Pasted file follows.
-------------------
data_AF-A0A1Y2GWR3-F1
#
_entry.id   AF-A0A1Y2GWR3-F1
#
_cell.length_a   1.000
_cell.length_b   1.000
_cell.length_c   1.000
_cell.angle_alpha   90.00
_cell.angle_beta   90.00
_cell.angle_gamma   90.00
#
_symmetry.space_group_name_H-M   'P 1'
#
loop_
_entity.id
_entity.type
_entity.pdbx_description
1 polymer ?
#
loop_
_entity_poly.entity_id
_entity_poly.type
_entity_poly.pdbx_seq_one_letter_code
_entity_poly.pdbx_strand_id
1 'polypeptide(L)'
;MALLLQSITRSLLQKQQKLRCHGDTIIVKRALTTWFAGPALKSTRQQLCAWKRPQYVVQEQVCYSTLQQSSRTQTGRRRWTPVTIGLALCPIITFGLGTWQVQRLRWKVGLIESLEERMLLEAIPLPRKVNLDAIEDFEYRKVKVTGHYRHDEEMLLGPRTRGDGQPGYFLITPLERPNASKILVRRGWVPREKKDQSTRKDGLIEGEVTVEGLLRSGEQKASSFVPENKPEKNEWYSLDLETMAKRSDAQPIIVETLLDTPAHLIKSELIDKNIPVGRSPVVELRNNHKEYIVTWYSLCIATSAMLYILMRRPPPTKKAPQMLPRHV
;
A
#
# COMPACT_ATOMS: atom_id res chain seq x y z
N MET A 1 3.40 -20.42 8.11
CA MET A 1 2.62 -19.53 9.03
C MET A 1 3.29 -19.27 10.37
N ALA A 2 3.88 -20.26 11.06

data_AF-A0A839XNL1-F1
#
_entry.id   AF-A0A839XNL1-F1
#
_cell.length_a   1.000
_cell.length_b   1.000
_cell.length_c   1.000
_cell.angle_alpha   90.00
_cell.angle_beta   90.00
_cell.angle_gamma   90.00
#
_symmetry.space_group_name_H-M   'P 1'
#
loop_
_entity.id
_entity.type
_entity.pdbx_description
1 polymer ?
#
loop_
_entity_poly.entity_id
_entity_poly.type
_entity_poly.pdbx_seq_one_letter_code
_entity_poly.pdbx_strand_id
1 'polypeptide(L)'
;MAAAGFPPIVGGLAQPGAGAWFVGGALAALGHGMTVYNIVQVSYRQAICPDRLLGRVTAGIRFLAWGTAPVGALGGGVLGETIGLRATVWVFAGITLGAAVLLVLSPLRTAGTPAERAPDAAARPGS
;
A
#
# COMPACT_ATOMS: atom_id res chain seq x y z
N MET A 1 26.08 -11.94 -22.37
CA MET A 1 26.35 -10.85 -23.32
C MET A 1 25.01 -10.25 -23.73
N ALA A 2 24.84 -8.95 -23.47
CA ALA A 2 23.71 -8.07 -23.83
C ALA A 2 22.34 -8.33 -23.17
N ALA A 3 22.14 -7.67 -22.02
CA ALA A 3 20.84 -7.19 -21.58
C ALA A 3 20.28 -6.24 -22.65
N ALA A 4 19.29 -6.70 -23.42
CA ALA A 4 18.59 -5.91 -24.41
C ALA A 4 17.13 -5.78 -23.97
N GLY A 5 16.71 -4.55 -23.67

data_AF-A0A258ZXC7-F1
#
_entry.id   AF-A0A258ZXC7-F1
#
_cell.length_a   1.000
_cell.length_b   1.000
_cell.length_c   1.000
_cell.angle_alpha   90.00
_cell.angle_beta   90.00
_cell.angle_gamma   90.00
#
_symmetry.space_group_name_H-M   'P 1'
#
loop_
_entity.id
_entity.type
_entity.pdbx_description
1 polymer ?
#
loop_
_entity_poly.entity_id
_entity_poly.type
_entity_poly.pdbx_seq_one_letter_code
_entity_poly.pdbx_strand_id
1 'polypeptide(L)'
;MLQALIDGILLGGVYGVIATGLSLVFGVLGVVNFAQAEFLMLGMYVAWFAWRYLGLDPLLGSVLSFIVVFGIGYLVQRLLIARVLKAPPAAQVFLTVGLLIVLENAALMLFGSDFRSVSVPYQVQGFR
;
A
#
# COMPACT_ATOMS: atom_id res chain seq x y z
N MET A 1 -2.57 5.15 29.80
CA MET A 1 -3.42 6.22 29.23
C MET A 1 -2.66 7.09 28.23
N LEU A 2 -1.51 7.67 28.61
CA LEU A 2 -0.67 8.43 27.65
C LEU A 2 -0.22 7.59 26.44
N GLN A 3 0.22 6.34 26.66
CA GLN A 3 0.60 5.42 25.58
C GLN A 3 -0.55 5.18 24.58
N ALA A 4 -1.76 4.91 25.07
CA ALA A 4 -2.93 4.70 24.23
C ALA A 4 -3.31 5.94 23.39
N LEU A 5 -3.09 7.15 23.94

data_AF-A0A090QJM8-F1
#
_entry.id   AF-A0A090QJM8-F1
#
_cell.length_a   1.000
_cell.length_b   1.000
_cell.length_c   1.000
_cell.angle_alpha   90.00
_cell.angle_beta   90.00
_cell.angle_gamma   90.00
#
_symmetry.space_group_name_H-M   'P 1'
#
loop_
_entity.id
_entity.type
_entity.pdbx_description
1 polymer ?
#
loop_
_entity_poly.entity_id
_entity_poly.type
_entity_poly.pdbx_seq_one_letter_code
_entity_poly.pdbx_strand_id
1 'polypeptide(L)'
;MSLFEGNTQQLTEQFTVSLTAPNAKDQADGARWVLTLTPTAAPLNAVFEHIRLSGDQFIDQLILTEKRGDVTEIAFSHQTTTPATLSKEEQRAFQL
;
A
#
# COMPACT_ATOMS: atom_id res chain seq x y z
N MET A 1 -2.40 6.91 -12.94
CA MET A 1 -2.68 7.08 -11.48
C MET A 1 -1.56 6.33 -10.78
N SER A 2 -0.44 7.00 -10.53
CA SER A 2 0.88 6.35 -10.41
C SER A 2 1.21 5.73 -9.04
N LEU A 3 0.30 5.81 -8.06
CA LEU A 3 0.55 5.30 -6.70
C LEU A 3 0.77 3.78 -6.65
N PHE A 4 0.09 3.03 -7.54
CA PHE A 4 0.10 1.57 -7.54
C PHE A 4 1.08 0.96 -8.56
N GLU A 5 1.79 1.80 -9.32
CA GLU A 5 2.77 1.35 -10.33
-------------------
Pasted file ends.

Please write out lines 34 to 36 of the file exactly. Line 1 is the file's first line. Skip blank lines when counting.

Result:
N ALA A 2 3.88 -20.26 11.06

data_AF-A0A839XNL1-F1
#